Is Fertility Reduced in Ovulatory Women With Polycystic Ovary Syndrome?

An Opinion Paper

Stefano Palomba


Hum Reprod. 2021;36(9):2421-2428. 

In This Article

Abstract and Introduction


Polycystic ovary syndrome (PCOS) is the most common cause of anovulatory infertility; however, whether women with PCOS and spontaneous or drug-induced ovulatory cycles have the same reproductive potential as non-PCOS controls is a matter of debate. In the present opinion paper, the author takes the opportunity to summarize the collective evidence supporting the hypothesis of reduced fertility potential in women with PCOS, regardless of ovulatory status, and speculate that reduced reproductive potential may be caused by altered oocytes, embryo and endometrial competence, and infertility-related co-morbidities as well as an increased risk of pregnancy complications.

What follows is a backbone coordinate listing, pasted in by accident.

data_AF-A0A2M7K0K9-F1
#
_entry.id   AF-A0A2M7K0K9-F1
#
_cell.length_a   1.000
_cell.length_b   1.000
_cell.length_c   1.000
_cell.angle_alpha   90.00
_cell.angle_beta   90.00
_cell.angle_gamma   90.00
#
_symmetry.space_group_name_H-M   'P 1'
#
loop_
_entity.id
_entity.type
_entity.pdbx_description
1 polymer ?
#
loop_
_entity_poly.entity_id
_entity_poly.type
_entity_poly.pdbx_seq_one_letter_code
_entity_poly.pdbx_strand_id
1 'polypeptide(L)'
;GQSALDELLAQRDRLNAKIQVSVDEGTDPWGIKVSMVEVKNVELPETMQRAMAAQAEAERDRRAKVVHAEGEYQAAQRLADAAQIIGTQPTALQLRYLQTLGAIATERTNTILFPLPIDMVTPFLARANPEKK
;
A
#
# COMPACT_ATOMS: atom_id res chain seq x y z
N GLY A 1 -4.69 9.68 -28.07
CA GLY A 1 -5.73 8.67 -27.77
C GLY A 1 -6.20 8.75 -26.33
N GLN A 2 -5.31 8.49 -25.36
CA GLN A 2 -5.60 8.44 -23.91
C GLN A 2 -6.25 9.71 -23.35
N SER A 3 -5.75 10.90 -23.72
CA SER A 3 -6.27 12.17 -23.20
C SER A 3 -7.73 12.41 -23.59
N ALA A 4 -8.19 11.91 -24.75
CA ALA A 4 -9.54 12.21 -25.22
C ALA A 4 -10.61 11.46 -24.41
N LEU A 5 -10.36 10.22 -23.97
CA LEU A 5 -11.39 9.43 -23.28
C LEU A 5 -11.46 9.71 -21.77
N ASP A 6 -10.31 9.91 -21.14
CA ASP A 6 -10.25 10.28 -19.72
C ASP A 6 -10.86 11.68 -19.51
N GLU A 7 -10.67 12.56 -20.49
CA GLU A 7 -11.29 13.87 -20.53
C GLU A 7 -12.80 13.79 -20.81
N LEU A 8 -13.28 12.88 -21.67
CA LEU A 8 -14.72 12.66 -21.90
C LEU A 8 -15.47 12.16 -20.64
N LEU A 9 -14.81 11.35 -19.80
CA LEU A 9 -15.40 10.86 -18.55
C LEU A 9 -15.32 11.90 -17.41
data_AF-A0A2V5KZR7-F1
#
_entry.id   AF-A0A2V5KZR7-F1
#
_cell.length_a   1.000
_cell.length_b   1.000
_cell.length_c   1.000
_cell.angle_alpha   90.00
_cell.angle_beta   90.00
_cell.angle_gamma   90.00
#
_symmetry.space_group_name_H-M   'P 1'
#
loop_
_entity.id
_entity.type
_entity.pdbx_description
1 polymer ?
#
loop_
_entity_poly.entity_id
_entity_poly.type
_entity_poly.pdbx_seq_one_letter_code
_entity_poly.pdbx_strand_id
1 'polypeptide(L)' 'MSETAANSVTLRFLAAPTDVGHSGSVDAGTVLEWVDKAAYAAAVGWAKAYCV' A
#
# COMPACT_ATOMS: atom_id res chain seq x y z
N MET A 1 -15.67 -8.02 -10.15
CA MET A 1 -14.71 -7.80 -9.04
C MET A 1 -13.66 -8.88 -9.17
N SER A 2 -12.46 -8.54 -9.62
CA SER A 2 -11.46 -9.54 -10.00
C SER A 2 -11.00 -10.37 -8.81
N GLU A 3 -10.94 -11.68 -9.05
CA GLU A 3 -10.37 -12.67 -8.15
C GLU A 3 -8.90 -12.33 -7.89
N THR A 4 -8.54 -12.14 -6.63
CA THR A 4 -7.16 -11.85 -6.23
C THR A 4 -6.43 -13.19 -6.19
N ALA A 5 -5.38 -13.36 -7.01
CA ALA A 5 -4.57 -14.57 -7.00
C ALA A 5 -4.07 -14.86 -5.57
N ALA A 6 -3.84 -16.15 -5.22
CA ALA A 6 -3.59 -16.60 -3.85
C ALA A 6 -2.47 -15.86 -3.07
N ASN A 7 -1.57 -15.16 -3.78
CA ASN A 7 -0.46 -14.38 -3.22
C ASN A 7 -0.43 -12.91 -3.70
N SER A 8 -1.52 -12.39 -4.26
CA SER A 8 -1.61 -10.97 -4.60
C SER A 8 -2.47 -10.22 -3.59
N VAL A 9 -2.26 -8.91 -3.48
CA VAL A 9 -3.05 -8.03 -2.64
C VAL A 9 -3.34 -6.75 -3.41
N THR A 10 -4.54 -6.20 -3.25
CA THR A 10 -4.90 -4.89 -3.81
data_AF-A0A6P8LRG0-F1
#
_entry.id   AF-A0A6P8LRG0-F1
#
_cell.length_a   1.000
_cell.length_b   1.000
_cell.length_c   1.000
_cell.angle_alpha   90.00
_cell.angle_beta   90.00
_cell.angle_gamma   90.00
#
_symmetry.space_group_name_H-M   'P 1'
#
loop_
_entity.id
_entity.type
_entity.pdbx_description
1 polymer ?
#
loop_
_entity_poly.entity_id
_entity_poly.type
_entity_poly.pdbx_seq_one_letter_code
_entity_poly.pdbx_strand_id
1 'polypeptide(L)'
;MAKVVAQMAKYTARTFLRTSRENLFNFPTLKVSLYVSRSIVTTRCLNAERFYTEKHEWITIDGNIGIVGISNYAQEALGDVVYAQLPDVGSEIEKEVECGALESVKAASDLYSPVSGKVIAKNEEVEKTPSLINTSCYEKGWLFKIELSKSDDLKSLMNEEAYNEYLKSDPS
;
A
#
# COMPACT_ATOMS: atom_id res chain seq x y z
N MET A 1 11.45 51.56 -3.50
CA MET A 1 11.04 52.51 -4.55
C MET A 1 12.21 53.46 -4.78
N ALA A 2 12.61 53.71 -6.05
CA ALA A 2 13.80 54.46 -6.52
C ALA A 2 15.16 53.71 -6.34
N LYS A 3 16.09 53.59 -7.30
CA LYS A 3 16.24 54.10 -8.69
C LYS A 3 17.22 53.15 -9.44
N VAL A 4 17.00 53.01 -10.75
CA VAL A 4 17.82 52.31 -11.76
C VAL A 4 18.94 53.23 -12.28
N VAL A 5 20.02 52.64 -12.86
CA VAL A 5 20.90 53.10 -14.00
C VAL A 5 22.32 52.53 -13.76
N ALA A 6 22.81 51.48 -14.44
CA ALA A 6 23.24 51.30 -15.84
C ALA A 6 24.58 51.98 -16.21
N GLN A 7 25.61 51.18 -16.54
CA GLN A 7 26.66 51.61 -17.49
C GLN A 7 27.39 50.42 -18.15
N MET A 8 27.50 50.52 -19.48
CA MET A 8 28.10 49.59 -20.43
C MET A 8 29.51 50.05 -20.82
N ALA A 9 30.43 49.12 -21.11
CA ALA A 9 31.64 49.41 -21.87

Polycystic ovary syndrome (PCOS) is a common multifaceted condition that is often associated with reproductive compromise (Dumesic et al., 2015) and, in particular, anovulatory infertility (Thessaloniki ESHRE/ASRM-Sponsored PCOS Consensus Workshop Group, 2008; Legro et al., 2013). A wide range of effective interventions have been suggested for improving ovulation rates (Balen et al., 2016; Teede et al., 2018; Costello et al., 2019), even though the proportion of infertile patients with PCOS who undergo IVF is very high (Roos et al., 2011; Hart and Doherty, 2015; Rees et al., 2016; Mills et al., 2020). This discrepancy suggests other abnormalities that influence fertility among patients with PCOS, independent of ovulation. In addition, whether women with PCOS and normal ovulatory cycles, i.e. the ovulatory PCOS phenotype (Rotterdam ESHRE/ASRM-Sponsored PCOS consensus Workshop Group, 2004), have the same fertility of matched controls without PCOS is a matter of debate.

Based on these considerations, the author presents his opinion about the complex relationship between PCOS and fertility, regardless of ovulatory function, to address gaps in understanding and consider future research priorities.